65 of 69 people found the following review helpful
The Running Away!,
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This review is from: The Running Sky: A Birdwatching Life (Hardcover)
On a browse through Amazon I chanced upon this book. It seemed something that would interest me as birdwatching is my number 1 hobby and it had (at the time) three 5* ratings - must be good then?
My overwhelming feeling is 'thank goodness I finished this book and managed not to give up on it'. I found it really boring. On the back Susannah Clapp says 'Those who love birds will love this book and envy Tim Dee for both the many adventures his year contained and the grace with which he describes them'.
Well apart from going to Zambia I don't really recall he did much adventuring, and certainly pages and pages about Redstarts isn't exactly an out of this world experience for the reader, well not for me.
Tim Dee is obviously a bright perhaps intellectual guy, far more than me and I am happy to put my hand up and say that perhaps that's why I didn't connect with it, I am too thick. But I am fairly well read and I think masterpieces are those that engage the reader in an enticing way not a flowery over written imagery one - and this is what really got on my nerves. Seldom does a paragraph pass without some simile of overwrought emotion or over description e.g.
'I walked through the fen waiting for it to get darker. The day was reluctant to finish. Two common terns made last flights above the reedy mere white as ice cubes against the green. In a hedge along a dyke, bullfinches piped their embarrassed music, their soft calls of bloodied regret escaping over their blood red breasts.' (Well for a start their breast are pink not red)
He goes off to see a Starling roost (millions of birds) nothing wrong with that. When he gets back he writes down 35 things that remind him of Starlings (4 pages) from Bertolt Brecht to Laurence Styerne to Coleridge to Yeats and John Clare (whom he is obsessed with). It is not really what reminds me of Starlings more like let me show off how much I know.
I imagined going birdwatching with him and decided that you just couldn't walk 2 yards without some literary quote. Look it's a Skylark, (ah yes Shelley said...) it's a Carrion Crow (ah yes Shakespeare) shall we go in this hut (ah yes it reminds me of a Canaletto) - arrrggghhhh!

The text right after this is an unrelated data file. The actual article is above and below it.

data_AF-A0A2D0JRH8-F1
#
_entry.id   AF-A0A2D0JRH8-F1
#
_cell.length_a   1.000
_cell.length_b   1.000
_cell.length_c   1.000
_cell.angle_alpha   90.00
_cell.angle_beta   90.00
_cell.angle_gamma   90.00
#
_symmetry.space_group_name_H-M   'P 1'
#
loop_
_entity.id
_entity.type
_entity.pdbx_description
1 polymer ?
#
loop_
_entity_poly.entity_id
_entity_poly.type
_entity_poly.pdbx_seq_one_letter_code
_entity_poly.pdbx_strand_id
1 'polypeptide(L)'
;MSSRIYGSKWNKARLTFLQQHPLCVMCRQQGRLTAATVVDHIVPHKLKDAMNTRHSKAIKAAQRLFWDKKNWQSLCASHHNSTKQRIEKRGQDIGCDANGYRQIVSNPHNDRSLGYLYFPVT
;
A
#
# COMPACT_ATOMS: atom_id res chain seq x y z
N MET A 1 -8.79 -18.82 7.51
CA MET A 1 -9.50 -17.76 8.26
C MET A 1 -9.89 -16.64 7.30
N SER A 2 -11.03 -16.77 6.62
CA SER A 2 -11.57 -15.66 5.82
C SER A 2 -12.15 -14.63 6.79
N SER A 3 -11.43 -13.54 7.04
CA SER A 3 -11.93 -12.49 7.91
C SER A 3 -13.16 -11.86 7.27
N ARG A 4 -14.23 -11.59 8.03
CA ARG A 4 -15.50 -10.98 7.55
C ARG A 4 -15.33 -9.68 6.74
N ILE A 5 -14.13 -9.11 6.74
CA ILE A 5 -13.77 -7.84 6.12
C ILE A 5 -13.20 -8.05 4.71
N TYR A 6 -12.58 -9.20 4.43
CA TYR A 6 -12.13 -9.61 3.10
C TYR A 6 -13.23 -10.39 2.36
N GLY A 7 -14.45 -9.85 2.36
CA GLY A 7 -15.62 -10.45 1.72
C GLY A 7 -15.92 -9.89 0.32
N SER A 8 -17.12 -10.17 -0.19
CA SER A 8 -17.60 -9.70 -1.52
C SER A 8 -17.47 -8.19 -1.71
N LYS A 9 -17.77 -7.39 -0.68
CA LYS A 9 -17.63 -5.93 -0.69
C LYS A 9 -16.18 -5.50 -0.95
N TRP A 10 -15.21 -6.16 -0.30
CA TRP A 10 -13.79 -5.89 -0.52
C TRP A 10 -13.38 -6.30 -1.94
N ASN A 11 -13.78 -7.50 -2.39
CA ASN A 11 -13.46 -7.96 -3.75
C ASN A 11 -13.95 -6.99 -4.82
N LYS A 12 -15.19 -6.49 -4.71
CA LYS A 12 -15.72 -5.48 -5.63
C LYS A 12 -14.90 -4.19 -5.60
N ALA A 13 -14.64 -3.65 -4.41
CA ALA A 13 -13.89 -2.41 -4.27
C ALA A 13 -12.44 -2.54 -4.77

In an excellent example of 'less is more' he waxes lyrically about the plumage of a Nightjar (nothing wrong in that, lovely birds) and then compares them to moths - okay....and then mentions that moths have interesting names and illustrates this with not, say, two or three, but 47 names - please!!
One bit that did make me laugh, was when he described meeting Peter Scott. He had won a competition and the great man was presenting the prizes. Tim says 'I disliked his paintings they seemed catastrophically lurid - it was always dawn or dusk with wild purple skies doing far too much...' - sounds like his own prose to me, doing far too much, or perhaps trying to do far too much.
I feel guilty only giving this 3*s after the other reviews although in truth I 'ummed' and 'ahhed' whether to give it two.If you are looking for a book that will take you out birdwatching then read, Alex Horne, Bill Oddie, Mark Cocker or (and I recommend this highly) Charlie Elder's 'While flocks last'. If however you want some over written prose with tons and tons of imagery about birds and more famous authors' quotes than you can shake a stick at then this is for you.
And finally, something that always irritates me, there's some nasty typos in it, but nice cover I must say.
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Showing 1-10 of 10 posts in this discussion
Initial post: 25 Feb 2010 22:12:11 GMT
David Tomlinson says:
In reply to an earlier post on 7 Mar 2010 18:52:57 GMT
Thanks for that intelligent comment, Amazon are aware of your literary brilliance
Posted on 12 Jun 2010 20:31:20 BDT
I think you have beautifully expressed my feeling about the book; I'm just surprised that you gave it three stars and not lower!
In reply to an earlier post on 15 Jun 2010 19:41:40 BDT
It was a tough decision for a moron ;-)
Posted on 24 Sep 2010 11:54:39 BDT
Good, honest review. Thanks
Posted on 24 Sep 2010 19:58:37 BDT
Last edited by the author on 24 Sep 2010 19:59:09 BDT
I know I've commented on your review before but I just stumbled about a comment about H.P. Lovecraft that seemed relevant. Now, Lovecraft is one of my favourite writers, but the accusation, "He never met an adjective he didn't like" seems to apply equally well to Mr. Dee!
In reply to an earlier post on 3 Oct 2010 16:37:52 BDT
I think I would buy Tim Dee a beer if I ever met him though - he'd probably be able to drag a quote up from Shakespeare about it!
Imrahil - thanks for writing that, I appreciate it
Posted on 9 Oct 2011 16:42:16 BDT
I remember reading this review before and it must've put me off this book then because I didn't get it. I completely forgot about it, and ended up back here again after seeing it coming up on my recommendations. However, I ~did~ get Charlie Elder's book (after having seen something about it on the telly) and I think it's fab, so I trust your judgement - thanks! (Hmm, I've got Bill Oddie and Mark Cocker books - better check out Alex Horne....)
In reply to an earlier post on 10 Oct 2011 22:59:48 BDT
Well C R Tresadern (and others) as they say if you can't beat then them join them, and in Spring 2012 my own birdwatching book will be published - be sure to look out for it and then Tim Dee et al can rip me to bits too!
In reply to an earlier post on 13 Feb 2013 16:22:38 GMT
My own book about birdwatching eventually got published, it's called Birduder 344 and is available on here - not quite in Tim Dee's intellectual style more birds and beer really - comedy birdwatching at its best!
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